Kerin inherited a scheduling application for a university. This application stored the scheduled days for a class in the database… as one comma-separated field. This was a problem for Kerin, who was hired to add predictive scheduling and classroom density measurements to the system.

This particular function was written to take that data and transform it for display. Sort of.

function getDaysEnrollment($DayStr){ $Days = explode(',',$DayStr); $StrDay = ""; if(sizeof($Days)>0){ foreach($Days as $day) { switch($day) { case 'M': $StrDay .=" Mon,"; break; case 'T': $StrDay .=" Tue,"; break; case 'W': $StrDay .=" Wen,"; break; case 'TH': $StrDay .=" Thu,"; break; case 'F': $StrDay .=" Fri,"; break; } $StrDay = substr($StrDay,0,-1); } } return $StrDay; }

So, at its core, this function wants to loop through the list of days and convert them from short abbreviatiosn, like "M", to longer abbreviations, like "Mon". It then keeps concatenating each one together, but with a twist- it strips the commas. $StrDay = substr($StrDay,0,-1); rips off the last character, which would be the comma. Except they hard coded the comma into the strings they're concatenating in the first place. It's completely superfluous. There's no need for that, they could have just not done the commas.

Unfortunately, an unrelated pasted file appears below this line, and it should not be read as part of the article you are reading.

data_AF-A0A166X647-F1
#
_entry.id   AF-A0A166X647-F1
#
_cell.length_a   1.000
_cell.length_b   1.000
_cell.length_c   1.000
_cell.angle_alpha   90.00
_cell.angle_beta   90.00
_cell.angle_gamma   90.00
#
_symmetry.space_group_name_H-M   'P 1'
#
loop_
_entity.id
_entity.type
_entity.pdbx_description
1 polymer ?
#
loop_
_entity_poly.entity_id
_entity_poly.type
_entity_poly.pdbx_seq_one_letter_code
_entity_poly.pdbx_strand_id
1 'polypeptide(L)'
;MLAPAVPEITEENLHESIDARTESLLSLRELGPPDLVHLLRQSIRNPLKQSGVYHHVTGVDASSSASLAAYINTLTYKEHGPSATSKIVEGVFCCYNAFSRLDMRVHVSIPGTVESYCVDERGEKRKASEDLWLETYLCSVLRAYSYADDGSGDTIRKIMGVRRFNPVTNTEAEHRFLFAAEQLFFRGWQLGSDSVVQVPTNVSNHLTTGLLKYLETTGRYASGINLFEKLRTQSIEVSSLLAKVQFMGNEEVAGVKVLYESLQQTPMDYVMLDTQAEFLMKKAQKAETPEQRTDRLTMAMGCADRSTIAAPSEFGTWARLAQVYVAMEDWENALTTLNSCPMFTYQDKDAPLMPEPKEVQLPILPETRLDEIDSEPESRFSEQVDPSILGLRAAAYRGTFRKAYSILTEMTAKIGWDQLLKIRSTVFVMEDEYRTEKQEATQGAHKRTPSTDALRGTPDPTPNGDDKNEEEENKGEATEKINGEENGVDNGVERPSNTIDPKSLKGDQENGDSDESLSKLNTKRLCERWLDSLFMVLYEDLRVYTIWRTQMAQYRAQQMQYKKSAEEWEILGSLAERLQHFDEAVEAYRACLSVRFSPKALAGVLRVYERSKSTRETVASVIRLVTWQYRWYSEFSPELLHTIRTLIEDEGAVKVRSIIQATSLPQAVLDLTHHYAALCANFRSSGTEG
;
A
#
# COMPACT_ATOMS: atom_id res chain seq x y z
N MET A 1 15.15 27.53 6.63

According to Kerrin, this isn't the worst thing in the code, but it is the "punchiest". I'll let Kerin explain some of the things in this codebase:

[I found this] nestled in amongst mountains of similarly-awful code, Slovenian-language comments, and - I'm being completely serious here - executing code loaded from a text file remote, foreign-language MMORPG blog's domain.
If I were to hazard a guess, the remote code is probably insurance - there were a couple other similar tricks like a concealed PHP shell and an emailer that phones home with the current admin details if the IP address changes.

[Advertisement] ProGet’s got you covered with security and access controls on your NuGet feeds. Learn more.